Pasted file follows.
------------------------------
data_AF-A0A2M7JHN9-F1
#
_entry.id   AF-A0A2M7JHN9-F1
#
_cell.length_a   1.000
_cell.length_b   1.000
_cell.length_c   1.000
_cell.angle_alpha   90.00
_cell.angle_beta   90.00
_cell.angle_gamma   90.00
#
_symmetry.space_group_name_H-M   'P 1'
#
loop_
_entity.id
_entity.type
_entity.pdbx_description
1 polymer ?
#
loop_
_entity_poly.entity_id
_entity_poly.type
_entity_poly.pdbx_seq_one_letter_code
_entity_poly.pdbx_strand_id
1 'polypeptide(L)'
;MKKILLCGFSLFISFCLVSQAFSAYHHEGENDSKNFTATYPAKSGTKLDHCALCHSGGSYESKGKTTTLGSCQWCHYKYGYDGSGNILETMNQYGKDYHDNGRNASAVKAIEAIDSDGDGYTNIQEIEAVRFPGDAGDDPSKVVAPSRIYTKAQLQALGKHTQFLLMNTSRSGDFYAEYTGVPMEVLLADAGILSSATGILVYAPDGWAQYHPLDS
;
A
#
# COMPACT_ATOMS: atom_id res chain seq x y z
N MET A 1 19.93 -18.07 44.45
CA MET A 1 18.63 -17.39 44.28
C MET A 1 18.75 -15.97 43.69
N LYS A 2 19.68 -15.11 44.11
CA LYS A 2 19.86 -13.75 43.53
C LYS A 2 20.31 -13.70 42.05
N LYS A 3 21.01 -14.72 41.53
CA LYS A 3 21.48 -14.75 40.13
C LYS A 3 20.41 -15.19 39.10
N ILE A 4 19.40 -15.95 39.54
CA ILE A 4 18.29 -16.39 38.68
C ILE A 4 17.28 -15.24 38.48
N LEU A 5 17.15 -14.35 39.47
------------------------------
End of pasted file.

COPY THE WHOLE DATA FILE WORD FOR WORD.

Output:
data_AF-A0A2M7JHN9-F1
#
_entry.id   AF-A0A2M7JHN9-F1
#
_cell.length_a   1.000
_cell.length_b   1.000
_cell.length_c   1.000
_cell.angle_alpha   90.00
_cell.angle_beta   90.00
_cell.angle_gamma   90.00
#
_symmetry.space_group_name_H-M   'P 1'
#
loop_
_entity.id
_entity.type
_entity.pdbx_description
1 polymer ?
#
loop_
_entity_poly.entity_id
_entity_poly.type
_entity_poly.pdbx_seq_one_letter_code
_entity_poly.pdbx_strand_id
1 'polypeptide(L)'
;MKKILLCGFSLFISFCLVSQAFSAYHHEGENDSKNFTATYPAKSGTKLDHCALCHSGGSYESKGKTTTLGSCQWCHYKYGYDGSGNILETMNQYGKDYHDNGRNASAVKAIEAIDSDGDGYTNIQEIEAVRFPGDAGDDPSKVVAPSRIYTKAQLQALGKHTQFLLMNTSRSGDFYAEYTGVPMEVLLADAGILSSATGILVYAPDGWAQYHPLDS
;
A
#
# COMPACT_ATOMS: atom_id res chain seq x y z
N MET A 1 19.93 -18.07 44.45
CA MET A 1 18.63 -17.39 44.28
C MET A 1 18.75 -15.97 43.69
N LYS A 2 19.68 -15.11 44.11
CA LYS A 2 19.86 -13.75 43.53
C LYS A 2 20.31 -13.70 42.05
N LYS A 3 21.01 -14.72 41.53
CA LYS A 3 21.48 -14.75 40.13
C LYS A 3 20.41 -15.19 39.10
N ILE A 4 19.40 -15.95 39.54
CA ILE A 4 18.29 -16.39 38.68
C ILE A 4 17.28 -15.24 38.48
N LEU A 5 17.15 -14.35 39.47